It should come as no surprise that in explaining his philosophy on helping workers, retired manpower minister Lim Swee Say would refer to a horse and a river.
Mr Lim, 63, known for his ability to crunch economic concepts into memorable catchphrases, said: "I've told workers frankly, and I have told them a few times: 'Look, we can bring a horse to the river, but we cannot make the horse drink from the river'."
What he meant was that the Government and labour movement "must do everything we can", but workers must meet them halfway, he explained.
"If there is no river, we need to create a river. But at the end of the day, we need the workers to play their part and put in the efforts to take on better skills and better jobs," he said in an interview published yesterday in LabourBeat, a blog run by the labour movement.
The former NTUC secretary-general has been given the highest honour at the May Day Awards this year - Distinguished Comrade of Labour.
Among his contributions, he was credited for the pivotal role he played in helping workers weather two financial crises.
He was put to the test soon after joining NTUC, as the Asian financial crisis occurred in 1997 and about 29,000 workers were retrenched in that one year - "a shock" to the labour movement, he said. That was when NTUC realised there were limited avenues of support for retrenched and unemployed workers here at the time, he added.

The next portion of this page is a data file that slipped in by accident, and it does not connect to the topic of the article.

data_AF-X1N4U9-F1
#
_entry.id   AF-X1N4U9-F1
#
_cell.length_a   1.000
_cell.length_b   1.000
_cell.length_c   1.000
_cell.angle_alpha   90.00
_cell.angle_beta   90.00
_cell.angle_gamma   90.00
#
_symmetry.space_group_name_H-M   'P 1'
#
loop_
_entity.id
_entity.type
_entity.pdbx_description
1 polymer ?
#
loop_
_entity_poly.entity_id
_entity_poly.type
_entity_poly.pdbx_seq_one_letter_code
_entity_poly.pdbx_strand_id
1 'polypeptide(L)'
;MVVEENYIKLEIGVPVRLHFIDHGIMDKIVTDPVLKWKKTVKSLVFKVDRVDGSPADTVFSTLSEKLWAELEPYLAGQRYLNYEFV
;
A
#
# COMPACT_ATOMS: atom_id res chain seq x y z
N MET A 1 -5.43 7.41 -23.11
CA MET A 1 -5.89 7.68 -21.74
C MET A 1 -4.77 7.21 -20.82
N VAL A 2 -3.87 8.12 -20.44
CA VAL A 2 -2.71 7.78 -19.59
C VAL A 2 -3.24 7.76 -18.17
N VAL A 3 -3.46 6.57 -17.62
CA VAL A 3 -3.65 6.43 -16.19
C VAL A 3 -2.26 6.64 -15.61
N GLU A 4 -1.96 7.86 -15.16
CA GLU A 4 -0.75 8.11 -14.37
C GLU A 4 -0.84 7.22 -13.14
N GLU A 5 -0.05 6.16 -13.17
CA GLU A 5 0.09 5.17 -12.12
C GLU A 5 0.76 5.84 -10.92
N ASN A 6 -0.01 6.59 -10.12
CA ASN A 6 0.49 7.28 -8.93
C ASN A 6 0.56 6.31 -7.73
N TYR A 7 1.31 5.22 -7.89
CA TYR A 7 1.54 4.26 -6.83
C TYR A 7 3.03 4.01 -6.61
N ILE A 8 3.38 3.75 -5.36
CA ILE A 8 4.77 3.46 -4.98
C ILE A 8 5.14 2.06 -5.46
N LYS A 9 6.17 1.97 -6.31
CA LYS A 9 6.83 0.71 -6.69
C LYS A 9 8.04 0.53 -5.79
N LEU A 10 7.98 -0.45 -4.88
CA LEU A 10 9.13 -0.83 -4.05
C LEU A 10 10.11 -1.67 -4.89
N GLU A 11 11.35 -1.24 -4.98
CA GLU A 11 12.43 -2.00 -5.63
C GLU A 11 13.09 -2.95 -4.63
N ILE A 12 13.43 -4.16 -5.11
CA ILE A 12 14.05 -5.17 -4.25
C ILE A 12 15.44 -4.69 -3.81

It was a defining moment not just for me as a newcomer, but even for union leaders who had been in the labour movement for some time.
MR LIM SWEE SAY, on the Asian financial crisis in 1997 that led to 29,000 workers being retrenched that year.
The crisis caused a "fundamental shift" in the way the labour movement looked at skills development, and it started to put in place skills certification and employment support systems.
"I would say that it was a defining moment not just for me as a newcomer, but even for union leaders who had been in the labour movement for some time."
By the time the global financial crisis of 2008 hit Singapore, the Employment and Employability Institute and Workforce Development Agency, now known as Workforce Singapore, was ready to help retrenched workers retrain and find employment.
"More importantly, tripartite partners were able to rally together very quickly, learning from what we had gone through during the Asian financial crisis."
Mr Lim also recalled in his interview with the blog how his experiences growing up in the 1960s shaped his belief that a job is the best welfare, and full employment is the best protection for workers.
It was common to see people struggling to find jobs and it was his boyhood dream simply to have a good job. "In my case, my dreams came true and now helping workers is something close to my heart," he said.
Even so, joining the labour movement in 1996 was a wake-up call for him, he recounted.
In one of his first encounters with union leaders, he spoke about how Singapore had come a long way and cited the fact that per capita income had reached $24,000 a year at that point.
Before he could complete his sentence, a union leader told him that such statistics did not matter to workers, who would just ask: "Where is my $24,000?"
Mr Lim said this encounter made him realise that it was important to translate Singapore's overall success into progress for the individual. "In other words, yes, we can talk about how well we have done as an economy, about how well we have done to raise incomes, but at the end of the day, we must ask ourselves: What does it mean for the individual?"